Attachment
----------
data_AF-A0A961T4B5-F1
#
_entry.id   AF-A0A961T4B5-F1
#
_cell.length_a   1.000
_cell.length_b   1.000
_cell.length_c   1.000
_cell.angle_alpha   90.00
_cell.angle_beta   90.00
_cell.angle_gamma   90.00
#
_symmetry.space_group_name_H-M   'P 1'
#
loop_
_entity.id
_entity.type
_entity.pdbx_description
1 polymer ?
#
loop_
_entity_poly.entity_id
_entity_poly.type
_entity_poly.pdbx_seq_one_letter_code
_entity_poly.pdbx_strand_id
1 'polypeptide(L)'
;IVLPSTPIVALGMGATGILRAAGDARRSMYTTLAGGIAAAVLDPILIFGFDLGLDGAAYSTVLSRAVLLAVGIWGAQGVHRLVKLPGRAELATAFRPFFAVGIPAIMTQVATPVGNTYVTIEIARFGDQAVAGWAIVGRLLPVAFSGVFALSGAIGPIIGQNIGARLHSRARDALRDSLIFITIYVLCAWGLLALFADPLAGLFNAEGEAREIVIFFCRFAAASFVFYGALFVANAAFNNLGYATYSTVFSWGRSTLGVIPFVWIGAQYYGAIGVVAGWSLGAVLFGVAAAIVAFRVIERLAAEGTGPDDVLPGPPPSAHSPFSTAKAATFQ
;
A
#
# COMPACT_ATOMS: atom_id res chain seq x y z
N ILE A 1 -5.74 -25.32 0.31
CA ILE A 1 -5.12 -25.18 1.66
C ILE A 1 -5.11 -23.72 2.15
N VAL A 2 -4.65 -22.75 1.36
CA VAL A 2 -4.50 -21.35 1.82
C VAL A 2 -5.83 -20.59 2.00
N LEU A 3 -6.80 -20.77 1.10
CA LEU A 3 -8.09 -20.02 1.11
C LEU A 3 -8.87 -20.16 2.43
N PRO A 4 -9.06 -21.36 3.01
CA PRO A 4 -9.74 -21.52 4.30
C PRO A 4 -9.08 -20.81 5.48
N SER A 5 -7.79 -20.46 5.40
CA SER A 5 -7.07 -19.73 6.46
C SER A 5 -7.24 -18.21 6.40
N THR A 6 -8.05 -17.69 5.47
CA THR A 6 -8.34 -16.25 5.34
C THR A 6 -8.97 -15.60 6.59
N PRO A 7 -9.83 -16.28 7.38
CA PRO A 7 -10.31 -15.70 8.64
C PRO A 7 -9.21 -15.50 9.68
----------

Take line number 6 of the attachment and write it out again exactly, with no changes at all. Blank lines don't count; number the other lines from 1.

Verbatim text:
_cell.length_b   1.000